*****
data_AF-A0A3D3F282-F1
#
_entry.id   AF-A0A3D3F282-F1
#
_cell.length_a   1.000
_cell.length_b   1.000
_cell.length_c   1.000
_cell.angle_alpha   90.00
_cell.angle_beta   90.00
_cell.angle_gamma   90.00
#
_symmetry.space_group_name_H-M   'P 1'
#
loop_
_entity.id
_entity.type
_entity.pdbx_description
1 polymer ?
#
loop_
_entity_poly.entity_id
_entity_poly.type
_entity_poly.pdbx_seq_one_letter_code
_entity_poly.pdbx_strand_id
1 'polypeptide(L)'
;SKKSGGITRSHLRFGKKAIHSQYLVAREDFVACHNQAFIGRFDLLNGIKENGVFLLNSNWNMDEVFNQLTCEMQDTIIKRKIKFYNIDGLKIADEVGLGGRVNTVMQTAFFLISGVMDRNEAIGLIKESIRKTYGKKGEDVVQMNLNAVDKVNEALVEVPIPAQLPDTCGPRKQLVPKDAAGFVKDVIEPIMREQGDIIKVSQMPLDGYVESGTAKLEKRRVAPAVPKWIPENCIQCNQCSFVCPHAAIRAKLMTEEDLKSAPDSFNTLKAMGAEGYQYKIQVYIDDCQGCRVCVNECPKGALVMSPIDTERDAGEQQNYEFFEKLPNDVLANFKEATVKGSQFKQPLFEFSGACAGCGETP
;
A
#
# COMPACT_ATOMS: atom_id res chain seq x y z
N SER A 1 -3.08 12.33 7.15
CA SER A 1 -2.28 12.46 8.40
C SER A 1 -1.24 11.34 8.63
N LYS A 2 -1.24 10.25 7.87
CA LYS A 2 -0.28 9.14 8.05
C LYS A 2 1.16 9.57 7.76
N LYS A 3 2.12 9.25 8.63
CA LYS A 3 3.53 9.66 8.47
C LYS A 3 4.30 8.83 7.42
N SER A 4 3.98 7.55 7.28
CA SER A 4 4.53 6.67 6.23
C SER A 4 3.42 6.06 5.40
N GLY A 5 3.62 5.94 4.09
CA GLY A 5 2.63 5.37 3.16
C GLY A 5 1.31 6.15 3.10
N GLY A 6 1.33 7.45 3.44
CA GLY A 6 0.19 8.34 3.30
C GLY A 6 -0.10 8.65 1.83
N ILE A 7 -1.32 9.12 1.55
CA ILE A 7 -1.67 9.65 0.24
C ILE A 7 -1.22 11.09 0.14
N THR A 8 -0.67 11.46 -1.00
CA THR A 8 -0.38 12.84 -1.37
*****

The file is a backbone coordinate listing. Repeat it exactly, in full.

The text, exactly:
data_AF-A0A3D3F282-F1
#
_entry.id   AF-A0A3D3F282-F1
#
_cell.length_a   1.000
_cell.length_b   1.000
_cell.length_c   1.000
_cell.angle_alpha   90.00
_cell.angle_beta   90.00
_cell.angle_gamma   90.00
#
_symmetry.space_group_name_H-M   'P 1'
#
loop_
_entity.id
_entity.type
_entity.pdbx_description
1 polymer ?
#
loop_
_entity_poly.entity_id
_entity_poly.type
_entity_poly.pdbx_seq_one_letter_code
_entity_poly.pdbx_strand_id
1 'polypeptide(L)'
;SKKSGGITRSHLRFGKKAIHSQYLVAREDFVACHNQAFIGRFDLLNGIKENGVFLLNSNWNMDEVFNQLTCEMQDTIIKRKIKFYNIDGLKIADEVGLGGRVNTVMQTAFFLISGVMDRNEAIGLIKESIRKTYGKKGEDVVQMNLNAVDKVNEALVEVPIPAQLPDTCGPRKQLVPKDAAGFVKDVIEPIMREQGDIIKVSQMPLDGYVESGTAKLEKRRVAPAVPKWIPENCIQCNQCSFVCPHAAIRAKLMTEEDLKSAPDSFNTLKAMGAEGYQYKIQVYIDDCQGCRVCVNECPKGALVMSPIDTERDAGEQQNYEFFEKLPNDVLANFKEATVKGSQFKQPLFEFSGACAGCGETP
;
A
#
# COMPACT_ATOMS: atom_id res chain seq x y z
N SER A 1 -3.08 12.33 7.15
CA SER A 1 -2.28 12.46 8.40
C SER A 1 -1.24 11.34 8.63
N LYS A 2 -1.24 10.25 7.87
CA LYS A 2 -0.28 9.14 8.05
C LYS A 2 1.16 9.57 7.76
N LYS A 3 2.12 9.25 8.63
CA LYS A 3 3.53 9.66 8.47
C LYS A 3 4.30 8.83 7.42
N SER A 4 3.98 7.55 7.28
CA SER A 4 4.53 6.67 6.23
C SER A 4 3.42 6.06 5.40
N GLY A 5 3.62 5.94 4.09
CA GLY A 5 2.63 5.37 3.16
C GLY A 5 1.31 6.15 3.10
N GLY A 6 1.33 7.45 3.44
CA GLY A 6 0.19 8.34 3.30
C GLY A 6 -0.10 8.65 1.83
N ILE A 7 -1.32 9.12 1.55
CA ILE A 7 -1.67 9.65 0.24
C ILE A 7 -1.22 11.09 0.14
N THR A 8 -0.67 11.46 -1.00
CA THR A 8 -0.38 12.84 -1.37